American Honey

Like Andrea Arnold’s previous film, the excellent Fish Tank, American Honey centres on the life of a poor, white girl. Her depictions are electrified by authenticity, there is no attempt to create the noble poor, nor to make them victims. Their lives may be grim, but the characters in her films carry vitality and humour with them, because this is the world they inhabit, and will always inhabit, with its cheap thrills and bawdy comedy. In Honey Arnold transposes her depiction of people living on the outskirts of society to the US, with a group of young hustlers travelling from town to town, selling magazine subscriptions. It’s the sort of transient, meaningless task that young, and uneducated are forced into, given the decline in the traditional working class jobs. But her characters are never allowed to indulge in self pity.

Truffaut famously declared British cinema a contradiction in terms, as he felt that Britain was essentially an uncinematic country – too ugly, too brutal, too prosaic. But, like Shane Meadows, Arnold has found a way to render these elements in a cinematic language without suffocating it in style, the way Paul Thomas Anderson does. It may be in America now, but it is this same approach that Arnold adopts in Honey – the camera pulls in tight to the characters, focuses on the everyday and riffs around trivial dialogue.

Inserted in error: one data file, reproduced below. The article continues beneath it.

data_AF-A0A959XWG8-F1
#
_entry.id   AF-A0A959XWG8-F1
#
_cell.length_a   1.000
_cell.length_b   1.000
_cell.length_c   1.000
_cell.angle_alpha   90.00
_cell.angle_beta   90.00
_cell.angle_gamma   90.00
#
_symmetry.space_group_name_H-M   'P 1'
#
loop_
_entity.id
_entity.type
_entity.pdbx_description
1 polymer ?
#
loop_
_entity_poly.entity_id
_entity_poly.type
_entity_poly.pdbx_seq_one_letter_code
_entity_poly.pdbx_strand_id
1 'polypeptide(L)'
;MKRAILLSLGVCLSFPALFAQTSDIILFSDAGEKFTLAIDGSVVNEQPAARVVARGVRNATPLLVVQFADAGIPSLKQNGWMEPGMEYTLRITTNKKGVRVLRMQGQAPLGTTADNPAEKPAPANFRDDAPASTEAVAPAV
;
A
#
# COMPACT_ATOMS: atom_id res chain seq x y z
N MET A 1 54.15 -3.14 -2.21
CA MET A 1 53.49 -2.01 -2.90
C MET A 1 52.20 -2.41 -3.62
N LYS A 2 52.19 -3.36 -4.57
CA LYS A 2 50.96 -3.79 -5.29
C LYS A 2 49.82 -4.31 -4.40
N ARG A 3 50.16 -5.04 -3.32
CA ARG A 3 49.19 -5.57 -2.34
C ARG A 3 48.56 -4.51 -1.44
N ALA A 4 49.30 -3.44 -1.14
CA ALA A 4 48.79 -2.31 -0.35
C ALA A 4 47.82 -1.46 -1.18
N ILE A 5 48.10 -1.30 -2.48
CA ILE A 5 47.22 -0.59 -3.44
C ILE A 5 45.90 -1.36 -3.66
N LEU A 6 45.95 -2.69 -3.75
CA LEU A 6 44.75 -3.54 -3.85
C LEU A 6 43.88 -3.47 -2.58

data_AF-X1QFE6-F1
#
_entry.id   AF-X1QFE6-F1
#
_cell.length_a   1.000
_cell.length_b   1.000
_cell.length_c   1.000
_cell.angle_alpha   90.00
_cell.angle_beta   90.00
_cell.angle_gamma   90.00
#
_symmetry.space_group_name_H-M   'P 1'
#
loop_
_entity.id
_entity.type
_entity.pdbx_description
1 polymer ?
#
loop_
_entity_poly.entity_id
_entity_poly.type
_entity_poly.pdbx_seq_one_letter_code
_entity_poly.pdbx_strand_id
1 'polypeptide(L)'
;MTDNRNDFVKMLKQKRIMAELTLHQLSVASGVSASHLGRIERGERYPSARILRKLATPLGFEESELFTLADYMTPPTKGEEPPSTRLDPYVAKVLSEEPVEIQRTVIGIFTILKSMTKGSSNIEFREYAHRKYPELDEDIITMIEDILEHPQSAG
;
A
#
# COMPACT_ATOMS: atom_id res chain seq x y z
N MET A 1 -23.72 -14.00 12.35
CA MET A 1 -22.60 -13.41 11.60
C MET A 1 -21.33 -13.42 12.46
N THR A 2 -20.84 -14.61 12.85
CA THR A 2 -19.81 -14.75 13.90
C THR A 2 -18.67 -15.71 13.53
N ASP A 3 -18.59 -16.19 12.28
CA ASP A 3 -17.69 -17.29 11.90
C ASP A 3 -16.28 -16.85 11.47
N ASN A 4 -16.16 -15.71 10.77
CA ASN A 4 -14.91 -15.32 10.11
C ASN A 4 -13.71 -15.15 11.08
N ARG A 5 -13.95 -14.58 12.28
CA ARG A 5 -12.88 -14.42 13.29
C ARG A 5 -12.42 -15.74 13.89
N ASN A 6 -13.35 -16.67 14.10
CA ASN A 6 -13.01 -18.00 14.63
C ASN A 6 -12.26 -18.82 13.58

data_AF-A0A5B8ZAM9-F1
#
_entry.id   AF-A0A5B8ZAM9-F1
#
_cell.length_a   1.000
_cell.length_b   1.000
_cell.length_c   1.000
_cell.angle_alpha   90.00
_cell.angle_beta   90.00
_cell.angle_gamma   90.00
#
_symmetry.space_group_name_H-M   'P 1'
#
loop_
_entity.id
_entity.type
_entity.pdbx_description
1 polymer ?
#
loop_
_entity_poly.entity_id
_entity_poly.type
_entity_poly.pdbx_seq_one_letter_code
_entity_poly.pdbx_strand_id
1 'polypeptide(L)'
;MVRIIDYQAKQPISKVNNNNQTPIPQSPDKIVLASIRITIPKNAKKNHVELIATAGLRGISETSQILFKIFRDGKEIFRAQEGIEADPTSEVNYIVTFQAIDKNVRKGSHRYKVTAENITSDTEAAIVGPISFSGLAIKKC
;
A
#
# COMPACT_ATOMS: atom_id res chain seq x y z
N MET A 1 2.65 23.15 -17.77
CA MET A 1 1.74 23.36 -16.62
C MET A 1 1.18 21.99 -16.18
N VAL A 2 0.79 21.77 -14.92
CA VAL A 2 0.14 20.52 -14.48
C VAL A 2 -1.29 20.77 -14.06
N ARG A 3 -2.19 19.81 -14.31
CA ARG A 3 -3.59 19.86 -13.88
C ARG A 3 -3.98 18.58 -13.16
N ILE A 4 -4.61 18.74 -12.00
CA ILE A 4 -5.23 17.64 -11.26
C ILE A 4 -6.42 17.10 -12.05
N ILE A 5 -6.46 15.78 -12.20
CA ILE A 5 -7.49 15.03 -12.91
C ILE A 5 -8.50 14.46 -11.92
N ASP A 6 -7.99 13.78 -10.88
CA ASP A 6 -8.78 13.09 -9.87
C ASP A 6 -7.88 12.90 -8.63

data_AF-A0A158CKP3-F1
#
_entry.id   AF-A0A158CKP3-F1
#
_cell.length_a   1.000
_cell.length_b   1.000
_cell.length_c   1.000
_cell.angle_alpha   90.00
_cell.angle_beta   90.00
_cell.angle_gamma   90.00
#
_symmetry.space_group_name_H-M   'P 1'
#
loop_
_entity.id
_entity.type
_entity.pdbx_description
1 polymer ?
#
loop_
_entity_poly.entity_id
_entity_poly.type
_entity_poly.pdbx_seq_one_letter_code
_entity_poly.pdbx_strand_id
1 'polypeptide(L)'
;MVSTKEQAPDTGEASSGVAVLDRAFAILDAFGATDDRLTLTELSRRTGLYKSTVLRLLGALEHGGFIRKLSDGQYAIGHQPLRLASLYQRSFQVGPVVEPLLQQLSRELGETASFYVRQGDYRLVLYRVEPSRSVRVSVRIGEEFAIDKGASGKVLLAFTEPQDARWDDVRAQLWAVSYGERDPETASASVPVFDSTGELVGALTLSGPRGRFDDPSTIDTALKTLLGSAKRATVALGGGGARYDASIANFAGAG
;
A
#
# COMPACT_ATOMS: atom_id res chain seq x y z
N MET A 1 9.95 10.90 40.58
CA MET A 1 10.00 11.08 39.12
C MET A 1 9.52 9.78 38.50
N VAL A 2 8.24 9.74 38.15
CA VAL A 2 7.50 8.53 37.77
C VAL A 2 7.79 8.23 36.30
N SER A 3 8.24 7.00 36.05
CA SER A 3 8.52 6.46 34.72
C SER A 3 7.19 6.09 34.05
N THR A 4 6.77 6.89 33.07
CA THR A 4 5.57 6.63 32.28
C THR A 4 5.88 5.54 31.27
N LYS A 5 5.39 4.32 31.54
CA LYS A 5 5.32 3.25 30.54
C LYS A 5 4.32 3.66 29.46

The price for this authenticity is that it eschews much by the way of narrative. We follow Sasha Lane’s Star as she leaves the confines of her life to team up with the magazine sellers, her possible romance with the charismatic Jake (Shia LeBeouf continuing his career resurrection) and conflicts with the team’s boss, the hard nosed Krystal. The audience only really need 90 minutes of this to get the full measure, and at just under three hours, there’s no real justification for the extra length. Over long films are the bane of modern cinema, get in, tell your story, get out. If you’re expecting me to sit around for anything over two hours, you’d better be David Lean or Coppola, and even then, I’m pretty sure you could cut a couple of scenes.

Bookmark the permalink.

Leave a Reply

Your email address will not be published. Required fields are marked *